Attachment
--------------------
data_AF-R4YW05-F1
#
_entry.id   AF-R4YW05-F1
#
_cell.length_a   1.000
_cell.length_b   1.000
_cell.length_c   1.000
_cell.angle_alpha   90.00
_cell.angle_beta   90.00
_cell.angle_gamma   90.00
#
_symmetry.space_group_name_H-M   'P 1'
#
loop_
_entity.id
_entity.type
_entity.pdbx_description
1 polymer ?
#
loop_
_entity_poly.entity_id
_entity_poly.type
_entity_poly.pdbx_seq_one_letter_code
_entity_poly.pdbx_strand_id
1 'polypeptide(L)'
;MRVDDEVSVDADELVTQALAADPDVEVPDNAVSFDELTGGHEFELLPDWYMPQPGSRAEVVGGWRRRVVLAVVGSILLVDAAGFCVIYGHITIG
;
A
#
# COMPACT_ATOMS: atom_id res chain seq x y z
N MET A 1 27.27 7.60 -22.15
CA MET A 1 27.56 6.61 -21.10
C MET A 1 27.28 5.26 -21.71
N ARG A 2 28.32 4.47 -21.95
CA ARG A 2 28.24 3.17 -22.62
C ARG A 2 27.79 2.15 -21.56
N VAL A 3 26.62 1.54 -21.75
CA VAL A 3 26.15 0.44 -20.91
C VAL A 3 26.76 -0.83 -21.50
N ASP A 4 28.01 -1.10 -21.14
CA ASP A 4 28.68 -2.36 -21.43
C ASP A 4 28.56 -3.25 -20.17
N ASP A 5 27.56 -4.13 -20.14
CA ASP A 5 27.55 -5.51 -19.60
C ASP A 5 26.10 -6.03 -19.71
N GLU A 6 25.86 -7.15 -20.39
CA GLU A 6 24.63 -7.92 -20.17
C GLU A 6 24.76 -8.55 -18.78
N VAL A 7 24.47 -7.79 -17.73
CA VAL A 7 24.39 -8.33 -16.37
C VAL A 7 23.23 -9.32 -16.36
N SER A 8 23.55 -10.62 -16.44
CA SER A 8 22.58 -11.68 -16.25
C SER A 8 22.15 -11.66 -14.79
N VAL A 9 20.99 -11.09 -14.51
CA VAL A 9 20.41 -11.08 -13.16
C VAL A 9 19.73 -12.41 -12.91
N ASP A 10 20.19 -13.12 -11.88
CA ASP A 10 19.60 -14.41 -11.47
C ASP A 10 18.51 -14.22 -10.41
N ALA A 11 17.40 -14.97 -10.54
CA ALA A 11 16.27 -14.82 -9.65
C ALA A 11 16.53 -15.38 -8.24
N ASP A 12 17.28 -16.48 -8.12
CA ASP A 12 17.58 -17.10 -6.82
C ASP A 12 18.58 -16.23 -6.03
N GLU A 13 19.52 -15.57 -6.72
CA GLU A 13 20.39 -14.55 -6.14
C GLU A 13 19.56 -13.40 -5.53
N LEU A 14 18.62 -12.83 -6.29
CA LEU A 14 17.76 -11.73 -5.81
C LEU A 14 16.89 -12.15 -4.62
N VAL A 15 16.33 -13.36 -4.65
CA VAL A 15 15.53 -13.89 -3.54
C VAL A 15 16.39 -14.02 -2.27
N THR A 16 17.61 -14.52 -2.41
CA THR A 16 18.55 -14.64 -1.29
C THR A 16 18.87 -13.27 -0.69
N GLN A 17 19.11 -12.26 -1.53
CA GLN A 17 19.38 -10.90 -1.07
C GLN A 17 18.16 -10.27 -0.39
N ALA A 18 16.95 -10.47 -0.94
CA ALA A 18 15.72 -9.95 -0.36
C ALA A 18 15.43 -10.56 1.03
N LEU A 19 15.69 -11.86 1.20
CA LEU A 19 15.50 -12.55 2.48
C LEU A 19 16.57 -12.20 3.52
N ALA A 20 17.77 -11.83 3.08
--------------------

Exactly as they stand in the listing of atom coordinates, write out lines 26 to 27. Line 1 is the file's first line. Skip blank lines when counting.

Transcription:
;MRVDDEVSVDADELVTQALAADPDVEVPDNAVSFDELTGGHEFELLPDWYMPQPGSRAEVVGGWRRRVVLAVVGSILLVDAAGFCVIYGHITIG
;